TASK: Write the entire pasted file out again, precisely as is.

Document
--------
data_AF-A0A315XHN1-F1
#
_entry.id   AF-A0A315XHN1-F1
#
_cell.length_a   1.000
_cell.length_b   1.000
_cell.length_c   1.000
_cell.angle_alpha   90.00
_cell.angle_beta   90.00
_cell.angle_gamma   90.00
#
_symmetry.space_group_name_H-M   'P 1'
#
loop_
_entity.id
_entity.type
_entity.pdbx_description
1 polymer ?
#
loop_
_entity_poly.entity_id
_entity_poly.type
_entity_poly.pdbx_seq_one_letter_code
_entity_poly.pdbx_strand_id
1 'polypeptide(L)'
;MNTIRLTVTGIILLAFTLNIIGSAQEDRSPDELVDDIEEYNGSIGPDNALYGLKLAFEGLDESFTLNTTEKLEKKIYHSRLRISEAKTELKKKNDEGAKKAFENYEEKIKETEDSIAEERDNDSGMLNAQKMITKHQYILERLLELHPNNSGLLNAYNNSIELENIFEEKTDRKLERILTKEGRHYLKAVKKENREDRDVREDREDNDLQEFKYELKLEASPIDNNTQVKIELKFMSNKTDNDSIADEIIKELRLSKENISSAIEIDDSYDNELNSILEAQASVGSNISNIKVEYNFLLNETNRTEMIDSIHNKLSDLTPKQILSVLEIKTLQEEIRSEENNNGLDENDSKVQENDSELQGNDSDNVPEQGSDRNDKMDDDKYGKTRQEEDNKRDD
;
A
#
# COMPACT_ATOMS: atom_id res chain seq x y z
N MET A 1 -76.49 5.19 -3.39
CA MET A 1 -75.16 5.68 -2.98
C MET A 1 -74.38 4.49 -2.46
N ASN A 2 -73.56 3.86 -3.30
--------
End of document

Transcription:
data_AF-A0A315XHN1-F1
#
_entry.id   AF-A0A315XHN1-F1
#
_cell.length_a   1.000
_cell.length_b   1.000
_cell.length_c   1.000
_cell.angle_alpha   90.00
_cell.angle_beta   90.00
_cell.angle_gamma   90.00
#
_symmetry.space_group_name_H-M   'P 1'
#
loop_
_entity.id
_entity.type
_entity.pdbx_description
1 polymer ?
#
loop_
_entity_poly.entity_id
_entity_poly.type
_entity_poly.pdbx_seq_one_letter_code
_entity_poly.pdbx_strand_id
1 'polypeptide(L)'
;MNTIRLTVTGIILLAFTLNIIGSAQEDRSPDELVDDIEEYNGSIGPDNALYGLKLAFEGLDESFTLNTTEKLEKKIYHSRLRISEAKTELKKKNDEGAKKAFENYEEKIKETEDSIAEERDNDSGMLNAQKMITKHQYILERLLELHPNNSGLLNAYNNSIELENIFEEKTDRKLERILTKEGRHYLKAVKKENREDRDVREDREDNDLQEFKYELKLEASPIDNNTQVKIELKFMSNKTDNDSIADEIIKELRLSKENISSAIEIDDSYDNELNSILEAQASVGSNISNIKVEYNFLLNETNRTEMIDSIHNKLSDLTPKQILSVLEIKTLQEEIRSEENNNGLDENDSKVQENDSELQGNDSDNVPEQGSDRNDKMDDDKYGKTRQEEDNKRDD
;
A
#
# COMPACT_ATOMS: atom_id res chain seq x y z
N MET A 1 -76.49 5.19 -3.39
CA MET A 1 -75.16 5.68 -2.98
C MET A 1 -74.38 4.49 -2.46
N ASN A 2 -73.56 3.86 -3.30